The problem of equipment and litter left behind on climbing trips may be more difficult to deal with. “The trash seen in many mountain systems has taken decades to accumulate, and it will take time and effort at all levels to remove it,” says Nepalese mountaineer Nirmal “Nimsdai” Purja, who led trash recovery teams to Everest, K2. and Manaslu as part of the Great Mountain Cleanup campaign.

According to British mountaineer Kenton Cool, who is currently on the mountain, the authorities must do more to ensure that people understand the responsibilities of climbing in the Himalayas. “The biggest change needed is education, both for climbers and Sherpas,” he says. “People don’t always know how to behave in the mountains.

“The Nepali ministry has its heart in the right place, but solving the problems on Everest is not just about announcing rules, but making sure they are understood and followed. A WAG bag is an honorable thought, but no one seems to be checking. We carried ours a few days ago, and the staff at the SPCC checkpoint didn’t know what to do with them.”

Kenton CoolKenton Cool

People don’t always know how to behave in the mountains, says British climber Kenton Cool – Kenton Cool

Communication is a big part of the problem, agrees Austrian climber Lukas Furtenbach. “The specific regulations from the Khumbu authority were only announced to Nepali operators; foreign operators got the news from local partners, rumors and the media.”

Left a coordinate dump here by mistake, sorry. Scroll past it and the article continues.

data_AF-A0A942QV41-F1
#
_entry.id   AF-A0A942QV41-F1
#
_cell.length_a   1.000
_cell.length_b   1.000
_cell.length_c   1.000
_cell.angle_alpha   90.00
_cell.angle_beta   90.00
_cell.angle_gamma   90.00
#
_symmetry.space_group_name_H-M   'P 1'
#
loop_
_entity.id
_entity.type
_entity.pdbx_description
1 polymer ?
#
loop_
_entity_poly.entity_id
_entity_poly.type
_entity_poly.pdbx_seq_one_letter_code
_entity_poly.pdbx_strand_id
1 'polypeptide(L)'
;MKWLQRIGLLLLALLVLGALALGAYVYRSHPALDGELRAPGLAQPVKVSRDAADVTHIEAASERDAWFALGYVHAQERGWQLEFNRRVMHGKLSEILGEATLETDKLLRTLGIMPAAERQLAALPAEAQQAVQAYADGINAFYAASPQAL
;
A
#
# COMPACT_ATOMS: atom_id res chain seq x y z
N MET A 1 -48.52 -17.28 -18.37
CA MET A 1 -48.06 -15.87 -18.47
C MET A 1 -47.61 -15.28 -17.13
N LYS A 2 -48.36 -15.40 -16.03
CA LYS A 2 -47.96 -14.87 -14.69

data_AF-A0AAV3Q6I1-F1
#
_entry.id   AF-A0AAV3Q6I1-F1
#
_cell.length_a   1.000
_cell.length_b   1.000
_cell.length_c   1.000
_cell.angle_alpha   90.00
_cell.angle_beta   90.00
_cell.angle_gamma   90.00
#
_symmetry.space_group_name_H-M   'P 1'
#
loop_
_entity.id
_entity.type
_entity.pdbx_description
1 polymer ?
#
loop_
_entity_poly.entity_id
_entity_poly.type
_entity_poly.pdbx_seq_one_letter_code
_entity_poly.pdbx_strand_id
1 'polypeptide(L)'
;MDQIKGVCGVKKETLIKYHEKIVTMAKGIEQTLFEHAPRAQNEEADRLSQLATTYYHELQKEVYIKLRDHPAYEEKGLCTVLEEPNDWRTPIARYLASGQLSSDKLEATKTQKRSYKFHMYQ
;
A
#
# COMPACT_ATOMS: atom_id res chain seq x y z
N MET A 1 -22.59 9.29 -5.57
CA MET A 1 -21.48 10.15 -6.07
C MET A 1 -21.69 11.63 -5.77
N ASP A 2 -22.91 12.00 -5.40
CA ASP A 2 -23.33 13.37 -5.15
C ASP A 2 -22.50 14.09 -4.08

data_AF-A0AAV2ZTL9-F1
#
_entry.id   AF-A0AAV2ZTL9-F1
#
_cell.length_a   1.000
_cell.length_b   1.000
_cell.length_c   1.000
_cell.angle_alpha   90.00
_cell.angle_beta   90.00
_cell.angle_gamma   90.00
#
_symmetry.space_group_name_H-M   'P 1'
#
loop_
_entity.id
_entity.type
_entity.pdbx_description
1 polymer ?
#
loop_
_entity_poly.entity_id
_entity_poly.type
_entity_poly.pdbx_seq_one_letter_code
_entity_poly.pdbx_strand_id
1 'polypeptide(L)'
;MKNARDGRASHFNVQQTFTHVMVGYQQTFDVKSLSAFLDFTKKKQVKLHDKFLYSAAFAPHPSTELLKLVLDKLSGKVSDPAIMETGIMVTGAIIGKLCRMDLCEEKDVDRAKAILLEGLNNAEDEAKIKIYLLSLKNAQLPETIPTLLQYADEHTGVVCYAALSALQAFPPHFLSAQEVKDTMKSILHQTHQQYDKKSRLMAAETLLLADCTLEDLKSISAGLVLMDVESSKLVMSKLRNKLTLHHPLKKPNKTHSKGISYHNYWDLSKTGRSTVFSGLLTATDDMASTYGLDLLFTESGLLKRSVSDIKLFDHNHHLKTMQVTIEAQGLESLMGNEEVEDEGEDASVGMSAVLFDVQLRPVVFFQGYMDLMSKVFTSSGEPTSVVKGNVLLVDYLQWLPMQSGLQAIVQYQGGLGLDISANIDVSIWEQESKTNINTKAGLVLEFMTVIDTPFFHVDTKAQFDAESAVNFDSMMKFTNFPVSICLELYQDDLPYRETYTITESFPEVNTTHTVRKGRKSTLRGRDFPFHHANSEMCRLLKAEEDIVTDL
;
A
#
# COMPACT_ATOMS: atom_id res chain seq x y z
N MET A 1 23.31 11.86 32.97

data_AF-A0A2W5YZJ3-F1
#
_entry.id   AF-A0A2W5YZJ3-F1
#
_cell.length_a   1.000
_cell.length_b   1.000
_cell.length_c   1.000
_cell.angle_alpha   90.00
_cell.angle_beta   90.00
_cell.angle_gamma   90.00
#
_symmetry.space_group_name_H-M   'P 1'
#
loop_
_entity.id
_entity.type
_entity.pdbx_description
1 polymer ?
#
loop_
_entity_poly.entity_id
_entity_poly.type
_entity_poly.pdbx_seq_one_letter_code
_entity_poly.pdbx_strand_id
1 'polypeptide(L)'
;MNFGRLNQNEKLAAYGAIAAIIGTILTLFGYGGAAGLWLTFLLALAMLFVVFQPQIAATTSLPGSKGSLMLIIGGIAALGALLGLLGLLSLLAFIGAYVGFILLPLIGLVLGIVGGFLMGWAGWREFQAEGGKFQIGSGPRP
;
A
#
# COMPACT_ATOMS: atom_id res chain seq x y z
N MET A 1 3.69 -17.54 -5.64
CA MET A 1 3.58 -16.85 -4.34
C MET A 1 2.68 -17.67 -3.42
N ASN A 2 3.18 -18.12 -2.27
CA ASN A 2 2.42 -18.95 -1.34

To add to the difficulties, the Khumbu Pasang Lhamu Rural Municipality has already canceled some of the new rules, including a proposed ban on helicopters carrying supplies to Base Camp (this is now allowed, but only with official permission ).

Sherpas have their own concerns about the new regulations. “These rules were announced suddenly and unexpectedly, not long before the start of the mountaineering season, and this will have a significant impact on our operating costs,” warns climbing guide Lhakpa Tsheri Sherpa.

Climbers in EverestClimbers in Everest

Sherpas are concerned that the new rules will affect operating costs – Gamma-Rapho

“While some think the new rules will create more employment for local porters and herders by allowing fewer helicopters to transport goods and materials directly to Base Camp, others feel the new rules will make Everest expeditions even more expensive , which may result. a downturn in business.”

Climbers aren’t the only ones affected by the changes. More than 90 percent of the 57,690 visitors to Sagarmatha National Park in 2023 were backpackers, bookending their walks with hot teas, freshly baked cakes and sometimes even luxury spa treatments in the climbers’ village at Everest Base Camp .

Starting this year, business ventures will be banned at Base Camp, which could mean the end of the camp’s bakery and high-altitude massage tents. In the future, climbing Everest may be safer and cleaner, but it will also be tougher – for better or worse.

Leave a Reply

Your email address will not be published. Required fields are marked *